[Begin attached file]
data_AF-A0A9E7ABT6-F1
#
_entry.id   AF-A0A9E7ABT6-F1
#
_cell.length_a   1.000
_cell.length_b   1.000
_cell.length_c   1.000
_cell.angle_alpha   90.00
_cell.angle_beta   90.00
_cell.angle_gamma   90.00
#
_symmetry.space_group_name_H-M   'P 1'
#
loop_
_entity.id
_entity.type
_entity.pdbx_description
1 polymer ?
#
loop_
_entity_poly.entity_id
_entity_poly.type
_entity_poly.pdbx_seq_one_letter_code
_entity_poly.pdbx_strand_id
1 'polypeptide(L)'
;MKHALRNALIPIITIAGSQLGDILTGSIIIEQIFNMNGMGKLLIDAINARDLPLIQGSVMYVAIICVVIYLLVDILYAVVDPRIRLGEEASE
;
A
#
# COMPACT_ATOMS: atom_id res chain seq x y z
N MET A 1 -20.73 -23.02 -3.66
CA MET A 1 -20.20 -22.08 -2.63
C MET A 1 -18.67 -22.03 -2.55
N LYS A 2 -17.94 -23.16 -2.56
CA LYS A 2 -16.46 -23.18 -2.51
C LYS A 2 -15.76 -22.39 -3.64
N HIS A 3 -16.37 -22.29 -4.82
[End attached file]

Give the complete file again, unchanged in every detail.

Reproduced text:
data_AF-A0A9E7ABT6-F1
#
_entry.id   AF-A0A9E7ABT6-F1
#
_cell.length_a   1.000
_cell.length_b   1.000
_cell.length_c   1.000
_cell.angle_alpha   90.00
_cell.angle_beta   90.00
_cell.angle_gamma   90.00
#
_symmetry.space_group_name_H-M   'P 1'
#
loop_
_entity.id
_entity.type
_entity.pdbx_description
1 polymer ?
#
loop_
_entity_poly.entity_id
_entity_poly.type
_entity_poly.pdbx_seq_one_letter_code
_entity_poly.pdbx_strand_id
1 'polypeptide(L)'
;MKHALRNALIPIITIAGSQLGDILTGSIIIEQIFNMNGMGKLLIDAINARDLPLIQGSVMYVAIICVVIYLLVDILYAVVDPRIRLGEEASE
;
A
#
# COMPACT_ATOMS: atom_id res chain seq x y z
N MET A 1 -20.73 -23.02 -3.66
CA MET A 1 -20.20 -22.08 -2.63
C MET A 1 -18.67 -22.03 -2.55
N LYS A 2 -17.94 -23.16 -2.56
CA LYS A 2 -16.46 -23.18 -2.51
C LYS A 2 -15.76 -22.39 -3.64
N HIS A 3 -16.37 -22.29 -4.82